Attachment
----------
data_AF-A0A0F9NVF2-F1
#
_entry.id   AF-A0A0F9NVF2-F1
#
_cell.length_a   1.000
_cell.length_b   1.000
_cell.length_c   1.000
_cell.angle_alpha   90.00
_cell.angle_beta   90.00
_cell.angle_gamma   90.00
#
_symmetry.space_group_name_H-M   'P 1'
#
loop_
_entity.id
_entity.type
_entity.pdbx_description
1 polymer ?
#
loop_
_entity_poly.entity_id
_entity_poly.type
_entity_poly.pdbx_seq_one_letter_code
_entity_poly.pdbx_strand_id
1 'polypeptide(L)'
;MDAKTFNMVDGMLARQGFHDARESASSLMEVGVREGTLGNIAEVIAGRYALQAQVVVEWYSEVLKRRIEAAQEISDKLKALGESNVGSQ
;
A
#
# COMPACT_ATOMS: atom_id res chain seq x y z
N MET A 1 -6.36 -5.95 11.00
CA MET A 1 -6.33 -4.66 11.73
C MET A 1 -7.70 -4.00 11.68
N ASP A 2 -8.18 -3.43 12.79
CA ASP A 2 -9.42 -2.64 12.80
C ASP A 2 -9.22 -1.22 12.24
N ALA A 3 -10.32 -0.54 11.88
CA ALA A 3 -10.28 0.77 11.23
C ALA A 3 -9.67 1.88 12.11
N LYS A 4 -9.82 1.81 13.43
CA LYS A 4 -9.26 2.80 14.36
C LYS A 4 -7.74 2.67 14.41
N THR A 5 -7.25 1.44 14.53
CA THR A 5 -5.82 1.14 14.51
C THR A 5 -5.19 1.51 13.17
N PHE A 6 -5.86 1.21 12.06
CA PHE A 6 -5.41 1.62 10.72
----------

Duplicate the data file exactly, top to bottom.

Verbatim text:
data_AF-A0A0F9NVF2-F1
#
_entry.id   AF-A0A0F9NVF2-F1
#
_cell.length_a   1.000
_cell.length_b   1.000
_cell.length_c   1.000
_cell.angle_alpha   90.00
_cell.angle_beta   90.00
_cell.angle_gamma   90.00
#
_symmetry.space_group_name_H-M   'P 1'
#
loop_
_entity.id
_entity.type
_entity.pdbx_description
1 polymer ?
#
loop_
_entity_poly.entity_id
_entity_poly.type
_entity_poly.pdbx_seq_one_letter_code
_entity_poly.pdbx_strand_id
1 'polypeptide(L)'
;MDAKTFNMVDGMLARQGFHDARESASSLMEVGVREGTLGNIAEVIAGRYALQAQVVVEWYSEVLKRRIEAAQEISDKLKALGESNVGSQ
;
A
#
# COMPACT_ATOMS: atom_id res chain seq x y z
N MET A 1 -6.36 -5.95 11.00
CA MET A 1 -6.33 -4.66 11.73
C MET A 1 -7.70 -4.00 11.68
N ASP A 2 -8.18 -3.43 12.79
CA ASP A 2 -9.42 -2.64 12.80
C ASP A 2 -9.22 -1.22 12.24
N ALA A 3 -10.32 -0.54 11.88
CA ALA A 3 -10.28 0.77 11.23
C ALA A 3 -9.67 1.88 12.11
N LYS A 4 -9.82 1.81 13.43
CA LYS A 4 -9.26 2.80 14.36
C LYS A 4 -7.74 2.67 14.41
N THR A 5 -7.25 1.44 14.53
CA THR A 5 -5.82 1.14 14.51
C THR A 5 -5.19 1.51 13.17
N PHE A 6 -5.86 1.21 12.06
CA PHE A 6 -5.41 1.62 10.72